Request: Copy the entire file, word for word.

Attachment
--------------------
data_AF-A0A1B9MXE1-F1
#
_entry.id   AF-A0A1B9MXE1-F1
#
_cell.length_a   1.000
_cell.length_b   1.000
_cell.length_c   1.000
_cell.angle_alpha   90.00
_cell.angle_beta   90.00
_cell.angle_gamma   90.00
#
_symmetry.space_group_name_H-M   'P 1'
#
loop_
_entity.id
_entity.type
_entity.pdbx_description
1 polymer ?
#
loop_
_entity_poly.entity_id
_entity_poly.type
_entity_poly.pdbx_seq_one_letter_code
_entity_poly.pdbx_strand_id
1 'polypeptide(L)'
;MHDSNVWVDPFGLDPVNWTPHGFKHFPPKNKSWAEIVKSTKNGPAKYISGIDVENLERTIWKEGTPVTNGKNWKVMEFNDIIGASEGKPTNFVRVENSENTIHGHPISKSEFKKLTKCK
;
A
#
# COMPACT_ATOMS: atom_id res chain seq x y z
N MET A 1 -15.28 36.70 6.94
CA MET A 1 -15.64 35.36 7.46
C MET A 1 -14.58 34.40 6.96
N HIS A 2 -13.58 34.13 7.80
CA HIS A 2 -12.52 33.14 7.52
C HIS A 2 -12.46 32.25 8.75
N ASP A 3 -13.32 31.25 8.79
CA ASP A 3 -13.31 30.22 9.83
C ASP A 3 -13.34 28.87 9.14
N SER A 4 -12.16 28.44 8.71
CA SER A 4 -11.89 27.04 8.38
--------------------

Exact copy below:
data_AF-A0A1B9MXE1-F1
#
_entry.id   AF-A0A1B9MXE1-F1
#
_cell.length_a   1.000
_cell.length_b   1.000
_cell.length_c   1.000
_cell.angle_alpha   90.00
_cell.angle_beta   90.00
_cell.angle_gamma   90.00
#
_symmetry.space_group_name_H-M   'P 1'
#
loop_
_entity.id
_entity.type
_entity.pdbx_description
1 polymer ?
#
loop_
_entity_poly.entity_id
_entity_poly.type
_entity_poly.pdbx_seq_one_letter_code
_entity_poly.pdbx_strand_id
1 'polypeptide(L)'
;MHDSNVWVDPFGLDPVNWTPHGFKHFPPKNKSWAEIVKSTKNGPAKYISGIDVENLERTIWKEGTPVTNGKNWKVMEFNDIIGASEGKPTNFVRVENSENTIHGHPISKSEFKKLTKCK
;
A
#
# COMPACT_ATOMS: atom_id res chain seq x y z
N MET A 1 -15.28 36.70 6.94
CA MET A 1 -15.64 35.36 7.46
C MET A 1 -14.58 34.40 6.96
N HIS A 2 -13.58 34.13 7.80
CA HIS A 2 -12.52 33.14 7.52
C HIS A 2 -12.46 32.25 8.75
N ASP A 3 -13.32 31.25 8.79
CA ASP A 3 -13.31 30.22 9.83
C ASP A 3 -13.34 28.87 9.14
N SER A 4 -12.16 28.44 8.71
CA SER A 4 -11.89 27.04 8.38